“There’s probably more buses and it’s probably less expensive, but I do like trains and you can just get on and go, and now they’ve got wireless and power,” said Jeffway, who lives in Leeds.


The train soon arrived, only about 10 minutes late, and people gathered to make a line to board from the platform. Campbell kissed her dog, Bear, goodbye.


President on board 


The doors opened and passengers from points south spilled out. Among them was Eric Olson, who traveled from Northampton down to Springfield by train that morning, got a drink and rode back, he said.


Passengers filled nearly every seat on both sides of the train cars. Passengers getting on in Northampton squeezed in where they could.


Though most passengers likely didn’t know it, Amtrak President and Chief Executive Officer Joseph H. Boardman rode the train along with them. In a special car near the back of the train, Boardman answered questions about the future of the service to Northampton, Greenfield, and eventually Holyoke.


On the platform and beyond, many people have expressed interest in commuter service with multiple trains traveling north and south through Massachusetts, but Boardman said commuter service would likely take a big investment of money.


“Just because we sell out a train does not mean we’ve covered all our costs,” Boardman said. “Unless there’s a policy decision that goes along with that expansion, it’s not going to happen.”


At the same time, Boardman said this country needs to spend more money on infrastructure to keep up with other countries in rail, air traffic and highways.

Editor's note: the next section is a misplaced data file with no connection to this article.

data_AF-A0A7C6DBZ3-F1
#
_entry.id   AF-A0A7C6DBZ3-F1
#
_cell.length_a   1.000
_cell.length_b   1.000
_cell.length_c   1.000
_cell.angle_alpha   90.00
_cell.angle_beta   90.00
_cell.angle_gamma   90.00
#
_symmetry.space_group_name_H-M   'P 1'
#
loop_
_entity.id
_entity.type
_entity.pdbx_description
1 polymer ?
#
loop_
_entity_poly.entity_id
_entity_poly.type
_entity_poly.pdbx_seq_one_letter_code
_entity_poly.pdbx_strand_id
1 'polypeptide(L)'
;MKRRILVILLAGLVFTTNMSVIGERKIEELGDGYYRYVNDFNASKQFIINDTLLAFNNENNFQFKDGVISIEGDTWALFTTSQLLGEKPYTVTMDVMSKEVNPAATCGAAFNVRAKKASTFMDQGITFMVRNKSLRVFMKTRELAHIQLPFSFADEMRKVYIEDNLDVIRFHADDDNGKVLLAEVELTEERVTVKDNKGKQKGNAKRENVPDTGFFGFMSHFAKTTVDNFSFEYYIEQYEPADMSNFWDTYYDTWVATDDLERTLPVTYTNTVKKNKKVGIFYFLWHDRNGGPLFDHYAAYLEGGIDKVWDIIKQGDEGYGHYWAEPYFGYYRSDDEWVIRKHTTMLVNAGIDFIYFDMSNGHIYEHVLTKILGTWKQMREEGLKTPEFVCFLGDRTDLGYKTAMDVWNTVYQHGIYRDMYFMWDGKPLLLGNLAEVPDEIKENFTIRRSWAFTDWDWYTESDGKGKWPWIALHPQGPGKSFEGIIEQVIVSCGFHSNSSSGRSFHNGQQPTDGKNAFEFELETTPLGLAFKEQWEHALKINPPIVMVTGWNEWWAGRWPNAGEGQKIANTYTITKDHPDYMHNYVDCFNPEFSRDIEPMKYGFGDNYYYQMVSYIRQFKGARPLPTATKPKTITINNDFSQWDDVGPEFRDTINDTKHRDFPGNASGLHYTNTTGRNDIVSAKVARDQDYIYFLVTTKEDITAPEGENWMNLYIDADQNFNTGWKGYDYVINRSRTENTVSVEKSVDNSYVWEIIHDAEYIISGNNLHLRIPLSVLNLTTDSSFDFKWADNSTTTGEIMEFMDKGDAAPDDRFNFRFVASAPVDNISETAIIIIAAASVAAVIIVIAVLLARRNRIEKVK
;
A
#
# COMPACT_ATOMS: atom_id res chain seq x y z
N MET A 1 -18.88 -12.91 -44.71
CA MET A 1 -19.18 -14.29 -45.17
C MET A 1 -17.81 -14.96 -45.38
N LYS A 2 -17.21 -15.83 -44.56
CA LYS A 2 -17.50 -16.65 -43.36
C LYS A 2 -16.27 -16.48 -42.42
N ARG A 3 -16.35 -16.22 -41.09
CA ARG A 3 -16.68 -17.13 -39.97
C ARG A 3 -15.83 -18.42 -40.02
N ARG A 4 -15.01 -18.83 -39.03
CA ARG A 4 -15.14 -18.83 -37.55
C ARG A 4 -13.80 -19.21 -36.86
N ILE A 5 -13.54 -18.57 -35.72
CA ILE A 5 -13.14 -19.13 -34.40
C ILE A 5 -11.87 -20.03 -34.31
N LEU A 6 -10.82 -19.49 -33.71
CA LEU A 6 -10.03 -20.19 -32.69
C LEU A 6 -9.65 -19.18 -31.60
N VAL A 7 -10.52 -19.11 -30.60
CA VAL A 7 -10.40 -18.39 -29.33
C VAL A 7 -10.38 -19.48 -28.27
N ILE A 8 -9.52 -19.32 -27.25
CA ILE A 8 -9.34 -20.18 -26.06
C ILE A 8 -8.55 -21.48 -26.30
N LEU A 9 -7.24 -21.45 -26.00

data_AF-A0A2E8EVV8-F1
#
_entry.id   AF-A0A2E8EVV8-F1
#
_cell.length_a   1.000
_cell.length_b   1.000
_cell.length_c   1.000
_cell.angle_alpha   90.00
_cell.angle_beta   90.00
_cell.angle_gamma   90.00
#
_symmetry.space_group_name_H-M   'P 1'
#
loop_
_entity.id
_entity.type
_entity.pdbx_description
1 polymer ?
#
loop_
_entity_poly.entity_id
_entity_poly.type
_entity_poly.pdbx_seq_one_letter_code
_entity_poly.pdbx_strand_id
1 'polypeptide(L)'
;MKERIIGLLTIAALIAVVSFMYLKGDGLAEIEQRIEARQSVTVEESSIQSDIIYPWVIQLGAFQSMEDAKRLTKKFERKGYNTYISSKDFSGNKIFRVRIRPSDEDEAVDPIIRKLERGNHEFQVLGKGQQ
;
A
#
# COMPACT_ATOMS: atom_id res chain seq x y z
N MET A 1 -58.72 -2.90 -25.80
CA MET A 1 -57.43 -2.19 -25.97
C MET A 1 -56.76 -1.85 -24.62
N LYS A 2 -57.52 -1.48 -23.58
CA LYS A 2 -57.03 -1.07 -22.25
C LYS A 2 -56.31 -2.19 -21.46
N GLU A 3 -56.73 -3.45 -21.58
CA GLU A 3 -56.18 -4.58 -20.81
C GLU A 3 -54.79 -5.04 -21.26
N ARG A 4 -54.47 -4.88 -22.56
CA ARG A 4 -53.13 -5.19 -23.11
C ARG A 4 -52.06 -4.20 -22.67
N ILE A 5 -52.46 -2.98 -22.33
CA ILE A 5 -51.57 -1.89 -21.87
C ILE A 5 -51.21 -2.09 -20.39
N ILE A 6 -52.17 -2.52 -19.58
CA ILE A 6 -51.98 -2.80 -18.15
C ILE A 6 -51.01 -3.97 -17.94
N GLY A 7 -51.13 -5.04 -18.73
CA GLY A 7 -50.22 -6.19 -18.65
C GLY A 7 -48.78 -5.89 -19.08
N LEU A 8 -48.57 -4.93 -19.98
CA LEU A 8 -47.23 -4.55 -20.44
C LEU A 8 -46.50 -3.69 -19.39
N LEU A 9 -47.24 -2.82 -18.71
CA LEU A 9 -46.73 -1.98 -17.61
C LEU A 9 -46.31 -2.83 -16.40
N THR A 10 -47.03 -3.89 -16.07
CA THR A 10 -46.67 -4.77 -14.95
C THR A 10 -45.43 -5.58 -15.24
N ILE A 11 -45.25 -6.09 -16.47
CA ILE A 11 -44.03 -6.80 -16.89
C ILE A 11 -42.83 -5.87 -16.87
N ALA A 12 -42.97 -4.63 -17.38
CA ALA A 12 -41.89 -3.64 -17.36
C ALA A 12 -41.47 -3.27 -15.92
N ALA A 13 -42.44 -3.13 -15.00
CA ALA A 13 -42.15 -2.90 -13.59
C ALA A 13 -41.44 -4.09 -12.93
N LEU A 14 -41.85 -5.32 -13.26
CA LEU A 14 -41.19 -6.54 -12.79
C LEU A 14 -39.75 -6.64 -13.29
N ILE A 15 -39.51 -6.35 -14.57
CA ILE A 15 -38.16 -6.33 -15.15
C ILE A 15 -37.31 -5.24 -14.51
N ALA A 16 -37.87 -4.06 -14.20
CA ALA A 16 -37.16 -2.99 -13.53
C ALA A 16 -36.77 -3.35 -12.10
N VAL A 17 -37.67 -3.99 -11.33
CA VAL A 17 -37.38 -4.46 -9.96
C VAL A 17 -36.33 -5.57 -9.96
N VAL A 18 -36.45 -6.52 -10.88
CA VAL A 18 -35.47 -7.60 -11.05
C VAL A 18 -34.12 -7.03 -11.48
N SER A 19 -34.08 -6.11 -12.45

“We spend billions globally on defense and we argue locally about millions,” Boardman said.


Boardman said the inaugural run was going well, and the train being late did not surprise him, with the volume of passengers getting on and off, as well as the conductors getting oriented with the new route. 


Overall, the benefits of the train service would be mostly economic development, Boardman said.


“This line connected to the northeast corridor is probably the biggest advantage you could have,” he said.


Behind the president’s car was a theater car. Set up like an actual movie theater, the car’s rear wall was a floor-to-ceiling window, which allowed for a view of the track the train passed by. Rear-facing seats held company executives watching the show. Such seats are not open to the public because they do not meet train safety standards, according to an Amtrak spokesman.


After a short ride, the train arrived in Greenfield at about 4:50 p.m., nearly a half-an-hour late after stopping for so long in Northampton. Passengers staying on board to points north didn’t seem to notice, as most of them had their laptops, phones or books, or were taking naps in their seats.


Off the train, Tupshin Harper had ridden up from New York City, where he lives on the Upper West Side of Manhattan. He grew up in Greenfield and was excited to be able to take the ride he just took.


“I’ve been looking forward to this for years since I first heard that they were making this change maybe two or two and a half years ago,” Harper said.


He vowed at that time to be on the first train up from New York, and he kept his promise, he said.


This spring, he plans to move up to Greenfield from New York, and is looking forward to making the return trip, he said.

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  1. Julie Zuckman on

    I was there. The train was only a little late (ten minutes) pulling into Northampton, which was explained by the large crowds in Greenfield and the presence of visiting dignitaries and their extra cars on the train. The river views in the stretch between Mt Tom and downtown Holyoke are spectacular! Now our city is fully plugged into the Northeast Corridor without needing a car. Next, speedy train to Boston -- in another 20 years?